Claim by Pope.L aka William Pope.L (Chicago, Il)
Pope.L has created a large container or room that is divided into a grid of 2,755 squares each with a slice of bologna and a black and white snapshot of a person in them. He claims that the number of slices is the equivalent of a percentage of New York’s Jewish residents. Pope.L has created similar pieces with the African American people. There is a problem, however, with his claim. There are actually two fewer slices of bologna. The portraits of the Jewish people are inaccurate as when he took the pictures he didn’t ask the people about their religious or cultural background. Pope.L is highlighting how society cares so much about categorizing people and of data collecting. He wants people to realize in the end it’s all a bunch of baloney!
THESE TIMES THAY AINT A CHANGING, FAST ENOUGH! by Henry Taylor (Los Angeles, CA)
Henry Taylor presents this painting to discuss the tensions between law enforcement and the communities they work in. He is highlighting the increasing racial tension. The title was taken from the Bob Dylan song which was an anthem of the civil rights movement. The work was inspired by the video Diamond Reynolds made when her fiancé, Philando Castile, was fatally shot by a police officer in Minnesota. His death produced nationwide protest. Taylor uses a very graphic image hoping to communicate that it is important that this type of violence is address quickly. Her work, however, is a bit of fiction too. She has removed the wound of Castile.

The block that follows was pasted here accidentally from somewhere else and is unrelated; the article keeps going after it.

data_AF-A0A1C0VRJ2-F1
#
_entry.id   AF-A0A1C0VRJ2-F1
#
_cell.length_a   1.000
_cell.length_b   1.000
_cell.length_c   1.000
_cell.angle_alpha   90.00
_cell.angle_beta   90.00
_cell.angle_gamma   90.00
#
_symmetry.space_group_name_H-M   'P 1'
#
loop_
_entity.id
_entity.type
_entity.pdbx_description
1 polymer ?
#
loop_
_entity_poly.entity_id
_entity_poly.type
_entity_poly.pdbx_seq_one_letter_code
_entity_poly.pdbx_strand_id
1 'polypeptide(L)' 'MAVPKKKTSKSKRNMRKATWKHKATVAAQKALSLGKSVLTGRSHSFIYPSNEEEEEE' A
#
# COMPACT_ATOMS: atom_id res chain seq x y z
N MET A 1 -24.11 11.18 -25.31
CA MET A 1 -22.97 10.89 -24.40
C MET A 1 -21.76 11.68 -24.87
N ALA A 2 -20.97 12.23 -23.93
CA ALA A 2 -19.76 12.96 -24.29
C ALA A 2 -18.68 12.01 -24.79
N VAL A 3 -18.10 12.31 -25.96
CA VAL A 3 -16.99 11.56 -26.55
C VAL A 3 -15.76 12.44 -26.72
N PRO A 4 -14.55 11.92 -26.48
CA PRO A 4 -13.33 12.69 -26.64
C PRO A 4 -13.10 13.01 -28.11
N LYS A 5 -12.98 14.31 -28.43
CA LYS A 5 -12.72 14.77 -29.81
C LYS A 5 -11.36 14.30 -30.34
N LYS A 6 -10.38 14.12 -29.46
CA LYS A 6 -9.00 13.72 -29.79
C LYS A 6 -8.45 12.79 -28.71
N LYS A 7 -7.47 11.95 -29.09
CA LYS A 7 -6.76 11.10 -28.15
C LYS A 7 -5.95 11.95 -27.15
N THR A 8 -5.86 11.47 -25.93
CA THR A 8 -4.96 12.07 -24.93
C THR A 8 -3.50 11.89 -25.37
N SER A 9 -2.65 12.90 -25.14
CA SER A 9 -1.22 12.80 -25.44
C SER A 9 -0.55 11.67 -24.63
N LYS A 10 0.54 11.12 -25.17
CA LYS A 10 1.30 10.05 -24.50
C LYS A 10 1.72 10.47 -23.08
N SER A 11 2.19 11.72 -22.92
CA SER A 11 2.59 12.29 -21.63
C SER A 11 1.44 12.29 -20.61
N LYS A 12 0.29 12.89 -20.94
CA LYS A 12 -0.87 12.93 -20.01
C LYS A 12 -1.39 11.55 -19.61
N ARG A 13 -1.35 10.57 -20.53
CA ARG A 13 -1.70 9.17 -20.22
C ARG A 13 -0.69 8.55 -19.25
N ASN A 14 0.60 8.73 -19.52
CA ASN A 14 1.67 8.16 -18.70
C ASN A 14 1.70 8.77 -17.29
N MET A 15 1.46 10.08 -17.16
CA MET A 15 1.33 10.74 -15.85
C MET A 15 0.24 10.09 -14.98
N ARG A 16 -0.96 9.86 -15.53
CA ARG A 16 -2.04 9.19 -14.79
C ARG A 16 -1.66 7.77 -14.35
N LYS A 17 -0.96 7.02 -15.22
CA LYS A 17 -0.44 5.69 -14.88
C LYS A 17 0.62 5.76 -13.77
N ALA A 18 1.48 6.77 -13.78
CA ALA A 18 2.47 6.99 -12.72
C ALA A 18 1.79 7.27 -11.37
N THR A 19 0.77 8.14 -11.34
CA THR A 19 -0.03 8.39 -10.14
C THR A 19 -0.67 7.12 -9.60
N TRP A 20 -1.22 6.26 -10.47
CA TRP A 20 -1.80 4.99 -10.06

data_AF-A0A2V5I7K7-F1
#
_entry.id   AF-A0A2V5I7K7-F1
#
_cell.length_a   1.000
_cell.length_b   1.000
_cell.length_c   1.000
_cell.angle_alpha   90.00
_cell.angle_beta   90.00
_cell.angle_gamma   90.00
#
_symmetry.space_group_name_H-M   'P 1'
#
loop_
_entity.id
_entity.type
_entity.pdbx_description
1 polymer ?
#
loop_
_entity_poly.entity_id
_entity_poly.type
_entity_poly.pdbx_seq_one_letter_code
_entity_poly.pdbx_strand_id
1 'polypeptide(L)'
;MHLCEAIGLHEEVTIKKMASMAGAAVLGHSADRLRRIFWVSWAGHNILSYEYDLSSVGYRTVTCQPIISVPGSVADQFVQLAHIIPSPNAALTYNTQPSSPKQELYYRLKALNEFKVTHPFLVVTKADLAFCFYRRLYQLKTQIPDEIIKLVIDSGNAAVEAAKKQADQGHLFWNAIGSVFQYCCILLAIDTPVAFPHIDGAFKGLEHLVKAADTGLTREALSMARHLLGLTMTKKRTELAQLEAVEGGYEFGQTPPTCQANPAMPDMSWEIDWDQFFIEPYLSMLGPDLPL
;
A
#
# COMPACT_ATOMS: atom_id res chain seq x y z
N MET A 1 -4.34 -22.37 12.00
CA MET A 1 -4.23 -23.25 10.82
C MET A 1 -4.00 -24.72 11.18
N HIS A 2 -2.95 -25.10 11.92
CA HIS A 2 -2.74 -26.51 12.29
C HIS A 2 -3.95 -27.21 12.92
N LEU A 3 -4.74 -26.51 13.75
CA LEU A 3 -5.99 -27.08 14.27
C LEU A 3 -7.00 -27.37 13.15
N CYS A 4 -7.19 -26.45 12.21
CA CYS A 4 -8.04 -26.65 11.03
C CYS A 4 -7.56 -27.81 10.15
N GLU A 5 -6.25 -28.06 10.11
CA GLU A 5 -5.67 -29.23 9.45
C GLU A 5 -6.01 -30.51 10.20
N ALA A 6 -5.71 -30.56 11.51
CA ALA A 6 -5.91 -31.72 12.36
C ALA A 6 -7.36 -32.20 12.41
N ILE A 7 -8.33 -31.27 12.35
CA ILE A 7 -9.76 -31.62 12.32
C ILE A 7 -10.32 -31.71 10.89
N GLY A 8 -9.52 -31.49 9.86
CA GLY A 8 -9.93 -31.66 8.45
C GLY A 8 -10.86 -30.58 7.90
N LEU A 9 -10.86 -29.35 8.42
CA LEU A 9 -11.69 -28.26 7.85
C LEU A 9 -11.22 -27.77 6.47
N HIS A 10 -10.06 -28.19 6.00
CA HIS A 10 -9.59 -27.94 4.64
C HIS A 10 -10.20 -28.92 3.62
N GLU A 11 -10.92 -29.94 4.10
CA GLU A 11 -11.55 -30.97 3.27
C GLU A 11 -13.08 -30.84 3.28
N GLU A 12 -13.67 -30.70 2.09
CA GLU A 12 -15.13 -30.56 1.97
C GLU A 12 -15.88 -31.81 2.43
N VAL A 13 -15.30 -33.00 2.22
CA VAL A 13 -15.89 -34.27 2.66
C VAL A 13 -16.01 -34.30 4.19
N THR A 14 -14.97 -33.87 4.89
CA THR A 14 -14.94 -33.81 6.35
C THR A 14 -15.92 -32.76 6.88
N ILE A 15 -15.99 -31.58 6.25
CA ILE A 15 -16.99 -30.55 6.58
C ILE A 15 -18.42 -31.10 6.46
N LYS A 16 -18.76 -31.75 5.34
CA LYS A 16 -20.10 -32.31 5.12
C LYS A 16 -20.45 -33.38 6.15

Veteran’s Day by Celeste Dupuy-Spencer (Los Angeles, CA)
In this large oil painting, Veteran’s Day depicts people that Dupuy-Spencer believes protested and resisted in a very meaningful way. The painting shows the best and the worst behavior of people. Dupuy-Spencer places the following images in the work: The Abe Lincoln Brigade who fought Franco in Spain; Picasso's work, Guernica, which highlighted the atrocities in Spain while fighting Franco; the artist's grandfather who was a Marxist; a clipping of Cassius Clay, who didn’t fight in the Vietnam War because he didn’t believe in it; and a library of books that presents an ideal of art, war and history. After the U.S. Presidential election, she added a calendar with November 11th and an image of Sylvestor the Cat Smoking (her representation of President Trump.)
The Silent General by An-My Le (Vietnamese, Lives in Brooklyn, NY)
An-My Le is a war landscape artist. She captures the impact of war on land. She uses her photos to expose fiction for the true facts. In this photo, we see a monument to a Confederate Army general standing in a quiet urban setting. There is a sheer draping dulling the image of the statue. An-My Le focus is on discussing where does history end and the present begin. This photo is even more pertinent with the recent news of Confederate statues being removed in New Orleans.
Kaari Upson Room (Los Angeles, CA)
These caste structures were pieces of a sectional sofa that Kaari Upson found thrown away in Las Vegas and left in a driveway. She took the pieces to her studio where she spent a year and half casting the furniture in latex and urethane. The furniture is unrecognizable in its form although it does seem to have indentations of bodies that sat in it. The structures look almost like parts of the human body. Upson’s sofas is almost like an “abandoned soul” left outside for garbage. Upson’s message is that we are a throw-away society.
The Whitney Biennial is an incredible show! This year's artist selection provide a wide variety of styles, ideas, and types of art. Any contemporary art lover must see this exhibit. The Biennial is on display from March 17- June 11, 2017. Head to the meatpacking district of NYC and spend the day walking through the Whitney galleries perusing provocative, contemporary American art.